- Listening for Events
- Mouse Detection
- The SimpleButton Class
- Invisible Buttons
- Animated Buttons and the Movie Clip Symbol
- Complex Buttons
- Button-tracking Options
- Changing Button Behavior
- Creating Buttons Dynamically
- Keyboard Detection
- The Contextual Menu
- Creating Continuous Actions
- A Summary of Events
You can exploit the flexibility of Flash button symbols by defining only particular states. If you leave empty keyframes in all states except for the Hit state, you create an invisible button . An invisible button is not visible to the audience, yet still maintains a clickable hot spot. Invisible buttons are extremely useful for creating generic hotspots to which you can assign actions. By placing invisible button instances on top of graphics, you essentially have the power to make any area on the Stage react to the mouse pointer. For example, you can place several invisible buttons over a map graphic to create hidden hotspots .
When you drag an instance of an invisible button onto the Stage, you see the hit area as a transparent blue shape, which allows you to place the button precisely. When you choose Control > Enable Simple Buttons (Ctrl-Alt-B for Windows, Cmd-Option-B for Mac), the button disappears to show you its playback appearance.
To create an invisible button
- Choose Insert > New Symbol (Ctrl-F8 for Windows, Cmd-F8 for Mac).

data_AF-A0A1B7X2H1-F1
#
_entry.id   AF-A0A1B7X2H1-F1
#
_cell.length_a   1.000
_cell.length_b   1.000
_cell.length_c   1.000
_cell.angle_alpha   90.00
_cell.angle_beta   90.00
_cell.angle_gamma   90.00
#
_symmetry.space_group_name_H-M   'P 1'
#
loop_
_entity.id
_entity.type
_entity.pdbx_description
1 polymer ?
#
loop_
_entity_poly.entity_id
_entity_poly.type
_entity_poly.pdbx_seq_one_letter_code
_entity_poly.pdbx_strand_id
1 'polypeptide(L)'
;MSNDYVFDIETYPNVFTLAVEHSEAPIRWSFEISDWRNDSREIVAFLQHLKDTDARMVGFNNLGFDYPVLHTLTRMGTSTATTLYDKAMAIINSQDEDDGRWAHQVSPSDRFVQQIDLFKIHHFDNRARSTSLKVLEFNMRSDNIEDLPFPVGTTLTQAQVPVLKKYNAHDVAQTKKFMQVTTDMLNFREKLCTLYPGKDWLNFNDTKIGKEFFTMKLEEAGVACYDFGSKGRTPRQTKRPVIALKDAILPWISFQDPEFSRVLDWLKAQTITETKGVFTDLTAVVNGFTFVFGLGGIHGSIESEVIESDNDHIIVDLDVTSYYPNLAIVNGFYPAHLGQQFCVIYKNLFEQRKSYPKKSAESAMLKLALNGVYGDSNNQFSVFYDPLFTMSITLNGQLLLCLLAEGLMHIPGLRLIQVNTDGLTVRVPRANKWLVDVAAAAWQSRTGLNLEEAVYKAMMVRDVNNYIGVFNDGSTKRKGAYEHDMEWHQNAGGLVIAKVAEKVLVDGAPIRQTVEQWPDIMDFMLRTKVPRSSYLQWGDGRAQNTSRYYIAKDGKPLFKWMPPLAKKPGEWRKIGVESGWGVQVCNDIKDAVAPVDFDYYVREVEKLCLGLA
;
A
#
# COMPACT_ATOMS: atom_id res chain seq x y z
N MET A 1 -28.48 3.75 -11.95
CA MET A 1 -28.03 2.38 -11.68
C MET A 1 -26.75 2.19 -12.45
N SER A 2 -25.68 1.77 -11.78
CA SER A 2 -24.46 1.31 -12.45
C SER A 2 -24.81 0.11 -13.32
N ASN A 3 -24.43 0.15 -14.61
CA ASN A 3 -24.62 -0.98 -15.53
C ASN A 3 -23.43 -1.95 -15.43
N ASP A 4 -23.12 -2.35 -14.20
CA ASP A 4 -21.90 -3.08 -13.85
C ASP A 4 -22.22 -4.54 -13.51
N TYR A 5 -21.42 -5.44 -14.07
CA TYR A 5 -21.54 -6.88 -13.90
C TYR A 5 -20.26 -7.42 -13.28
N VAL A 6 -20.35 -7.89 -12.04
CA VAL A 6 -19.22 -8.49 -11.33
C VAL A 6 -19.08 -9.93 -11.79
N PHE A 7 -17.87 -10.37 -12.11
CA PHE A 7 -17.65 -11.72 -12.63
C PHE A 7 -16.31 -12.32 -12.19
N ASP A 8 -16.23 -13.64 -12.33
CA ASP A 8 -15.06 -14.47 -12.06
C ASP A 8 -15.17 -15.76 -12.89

The Create New Symbol dialog box appears.
- Type the symbol name of your button, choose Button as the Type, and click OK.
A new button symbol is created in the Library, and you enter symbol-editing mode.
- Select the Hit keyframe.
- Choose Insert > Timeline > Keyframe (F6).
A new keyframe is created in the Hit state.
- With the Hit keyframe selected, draw a generic shape that serves as the hotspot for your invisible button .
- Return to the main Timeline.
- Drag an instance of the symbol from the Library onto the Stage.
A transparent blue shape appears on the Stage, indicating the Hit state of your invisible button .
- Move, scale, and rotate the invisible button instance to cover any graphic.
When you choose Control > Enable Simple Buttons, the transparent blue area disappears, but your pointer changes to a hand to indicate the presence of a button.
- Give the button instance a name in the Properties inspector and assign an event listener for it in the Actions panel as described in the previous tasks.